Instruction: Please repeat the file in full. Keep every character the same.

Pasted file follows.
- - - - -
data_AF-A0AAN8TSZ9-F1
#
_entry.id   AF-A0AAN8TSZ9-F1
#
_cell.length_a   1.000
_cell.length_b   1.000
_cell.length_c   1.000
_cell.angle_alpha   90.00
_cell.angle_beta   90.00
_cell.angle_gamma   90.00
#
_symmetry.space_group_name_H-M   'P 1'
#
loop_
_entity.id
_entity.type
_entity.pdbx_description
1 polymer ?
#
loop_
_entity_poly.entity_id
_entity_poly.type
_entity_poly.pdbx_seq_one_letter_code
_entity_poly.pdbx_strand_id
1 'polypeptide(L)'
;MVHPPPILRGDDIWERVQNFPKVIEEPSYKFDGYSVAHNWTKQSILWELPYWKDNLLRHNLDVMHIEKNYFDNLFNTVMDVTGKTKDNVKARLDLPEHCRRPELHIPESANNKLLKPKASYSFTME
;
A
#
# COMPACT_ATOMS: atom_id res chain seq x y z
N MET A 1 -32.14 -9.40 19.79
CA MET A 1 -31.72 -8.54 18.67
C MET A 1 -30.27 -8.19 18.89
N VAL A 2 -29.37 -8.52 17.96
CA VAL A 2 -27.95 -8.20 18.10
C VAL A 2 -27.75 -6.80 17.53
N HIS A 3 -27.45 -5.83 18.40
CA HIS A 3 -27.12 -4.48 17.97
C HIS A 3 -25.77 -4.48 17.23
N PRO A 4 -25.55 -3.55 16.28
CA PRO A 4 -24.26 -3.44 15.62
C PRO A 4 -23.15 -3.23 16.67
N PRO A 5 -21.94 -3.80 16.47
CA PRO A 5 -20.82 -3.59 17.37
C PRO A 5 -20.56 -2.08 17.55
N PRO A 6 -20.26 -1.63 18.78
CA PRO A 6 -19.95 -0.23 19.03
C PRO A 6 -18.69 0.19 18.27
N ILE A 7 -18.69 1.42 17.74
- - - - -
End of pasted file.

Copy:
data_AF-A0AAN8TSZ9-F1
#
_entry.id   AF-A0AAN8TSZ9-F1
#
_cell.length_a   1.000
_cell.length_b   1.000
_cell.length_c   1.000
_cell.angle_alpha   90.00
_cell.angle_beta   90.00
_cell.angle_gamma   90.00
#
_symmetry.space_group_name_H-M   'P 1'
#
loop_
_entity.id
_entity.type
_entity.pdbx_description
1 polymer ?
#
loop_
_entity_poly.entity_id
_entity_poly.type
_entity_poly.pdbx_seq_one_letter_code
_entity_poly.pdbx_strand_id
1 'polypeptide(L)'
;MVHPPPILRGDDIWERVQNFPKVIEEPSYKFDGYSVAHNWTKQSILWELPYWKDNLLRHNLDVMHIEKNYFDNLFNTVMDVTGKTKDNVKARLDLPEHCRRPELHIPESANNKLLKPKASYSFTME
;
A
#
# COMPACT_ATOMS: atom_id res chain seq x y z
N MET A 1 -32.14 -9.40 19.79
CA MET A 1 -31.72 -8.54 18.67
C MET A 1 -30.27 -8.19 18.89
N VAL A 2 -29.37 -8.52 17.96
CA VAL A 2 -27.95 -8.20 18.10
C VAL A 2 -27.75 -6.80 17.53
N HIS A 3 -27.45 -5.83 18.40
CA HIS A 3 -27.12 -4.48 17.97
C HIS A 3 -25.77 -4.48 17.23
N PRO A 4 -25.55 -3.55 16.28
CA PRO A 4 -24.26 -3.44 15.62
C PRO A 4 -23.15 -3.23 16.67
N PRO A 5 -21.94 -3.80 16.47
CA PRO A 5 -20.82 -3.59 17.37
C PRO A 5 -20.56 -2.08 17.55
N PRO A 6 -20.26 -1.63 18.78
CA PRO A 6 -19.95 -0.23 19.03
C PRO A 6 -18.69 0.19 18.27
N ILE A 7 -18.69 1.42 17.74